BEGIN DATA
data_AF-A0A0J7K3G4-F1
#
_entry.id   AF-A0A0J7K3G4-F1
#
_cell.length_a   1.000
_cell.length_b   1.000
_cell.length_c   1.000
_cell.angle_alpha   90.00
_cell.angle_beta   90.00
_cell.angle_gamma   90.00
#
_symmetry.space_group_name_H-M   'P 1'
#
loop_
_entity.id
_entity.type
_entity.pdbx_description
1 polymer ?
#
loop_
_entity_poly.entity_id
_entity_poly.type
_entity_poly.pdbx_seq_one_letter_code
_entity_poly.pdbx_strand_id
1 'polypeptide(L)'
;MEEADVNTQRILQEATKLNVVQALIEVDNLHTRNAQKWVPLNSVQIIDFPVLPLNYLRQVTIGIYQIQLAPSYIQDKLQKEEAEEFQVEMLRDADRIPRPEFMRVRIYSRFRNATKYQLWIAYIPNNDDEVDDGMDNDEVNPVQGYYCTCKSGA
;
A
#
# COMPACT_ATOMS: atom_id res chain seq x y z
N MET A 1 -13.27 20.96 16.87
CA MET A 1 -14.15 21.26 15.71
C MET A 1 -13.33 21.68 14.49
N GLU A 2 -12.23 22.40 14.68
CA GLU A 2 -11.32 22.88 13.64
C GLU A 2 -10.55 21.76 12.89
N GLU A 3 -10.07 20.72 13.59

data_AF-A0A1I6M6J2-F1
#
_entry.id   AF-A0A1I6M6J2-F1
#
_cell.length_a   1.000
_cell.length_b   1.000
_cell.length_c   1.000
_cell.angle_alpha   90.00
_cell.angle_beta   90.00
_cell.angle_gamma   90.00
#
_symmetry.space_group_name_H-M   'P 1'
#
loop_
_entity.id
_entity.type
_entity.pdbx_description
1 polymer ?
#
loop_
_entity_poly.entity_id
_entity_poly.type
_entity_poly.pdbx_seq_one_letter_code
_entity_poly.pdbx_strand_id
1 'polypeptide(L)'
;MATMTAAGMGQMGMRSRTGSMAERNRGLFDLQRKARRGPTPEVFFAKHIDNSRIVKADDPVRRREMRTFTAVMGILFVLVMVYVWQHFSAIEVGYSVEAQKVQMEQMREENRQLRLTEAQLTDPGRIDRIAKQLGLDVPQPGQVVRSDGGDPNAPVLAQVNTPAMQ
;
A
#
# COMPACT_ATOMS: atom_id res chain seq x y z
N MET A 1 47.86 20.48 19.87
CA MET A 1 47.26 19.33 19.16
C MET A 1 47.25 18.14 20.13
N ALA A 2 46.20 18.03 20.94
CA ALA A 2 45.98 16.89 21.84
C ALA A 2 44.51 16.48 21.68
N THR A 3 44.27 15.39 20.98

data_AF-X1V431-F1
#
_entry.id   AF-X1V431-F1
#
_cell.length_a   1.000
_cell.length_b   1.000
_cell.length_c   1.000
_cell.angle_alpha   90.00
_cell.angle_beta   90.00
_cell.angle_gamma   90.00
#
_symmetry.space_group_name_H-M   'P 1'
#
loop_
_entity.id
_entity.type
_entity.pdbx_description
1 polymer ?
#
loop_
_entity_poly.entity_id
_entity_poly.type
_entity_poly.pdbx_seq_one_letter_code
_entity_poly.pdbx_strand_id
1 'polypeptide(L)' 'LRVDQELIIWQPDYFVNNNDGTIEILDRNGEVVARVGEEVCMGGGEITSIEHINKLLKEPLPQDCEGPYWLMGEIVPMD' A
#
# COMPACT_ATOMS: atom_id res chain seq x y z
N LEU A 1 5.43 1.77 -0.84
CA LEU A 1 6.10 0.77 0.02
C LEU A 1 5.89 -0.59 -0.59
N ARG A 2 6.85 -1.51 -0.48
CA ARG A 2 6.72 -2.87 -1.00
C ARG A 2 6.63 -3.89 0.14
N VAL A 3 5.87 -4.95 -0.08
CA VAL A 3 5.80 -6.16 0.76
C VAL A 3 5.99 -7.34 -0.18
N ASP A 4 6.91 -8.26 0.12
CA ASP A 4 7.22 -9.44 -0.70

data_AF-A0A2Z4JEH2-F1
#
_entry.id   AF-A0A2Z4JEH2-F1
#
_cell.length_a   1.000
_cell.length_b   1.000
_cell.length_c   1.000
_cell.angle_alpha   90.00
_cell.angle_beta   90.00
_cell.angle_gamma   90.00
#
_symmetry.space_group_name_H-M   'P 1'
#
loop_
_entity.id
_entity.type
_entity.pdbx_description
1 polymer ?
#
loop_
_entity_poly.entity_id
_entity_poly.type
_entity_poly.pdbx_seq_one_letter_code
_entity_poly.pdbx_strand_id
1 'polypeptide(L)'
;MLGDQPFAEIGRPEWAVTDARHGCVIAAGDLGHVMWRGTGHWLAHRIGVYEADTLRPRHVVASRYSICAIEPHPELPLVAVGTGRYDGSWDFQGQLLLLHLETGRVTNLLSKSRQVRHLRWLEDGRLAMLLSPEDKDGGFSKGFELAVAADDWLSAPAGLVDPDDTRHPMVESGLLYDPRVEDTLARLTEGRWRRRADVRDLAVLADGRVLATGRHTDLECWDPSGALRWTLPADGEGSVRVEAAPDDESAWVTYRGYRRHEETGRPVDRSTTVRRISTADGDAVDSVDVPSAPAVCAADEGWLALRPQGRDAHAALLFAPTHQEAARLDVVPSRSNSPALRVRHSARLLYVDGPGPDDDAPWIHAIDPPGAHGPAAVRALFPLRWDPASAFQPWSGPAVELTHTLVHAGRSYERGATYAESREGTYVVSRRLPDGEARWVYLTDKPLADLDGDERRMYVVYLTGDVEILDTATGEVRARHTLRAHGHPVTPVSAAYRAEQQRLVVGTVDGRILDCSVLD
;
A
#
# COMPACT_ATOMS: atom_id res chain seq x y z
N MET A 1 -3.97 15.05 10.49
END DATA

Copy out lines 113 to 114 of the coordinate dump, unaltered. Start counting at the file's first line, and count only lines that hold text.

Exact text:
data_AF-A0A2Z4JEH2-F1
#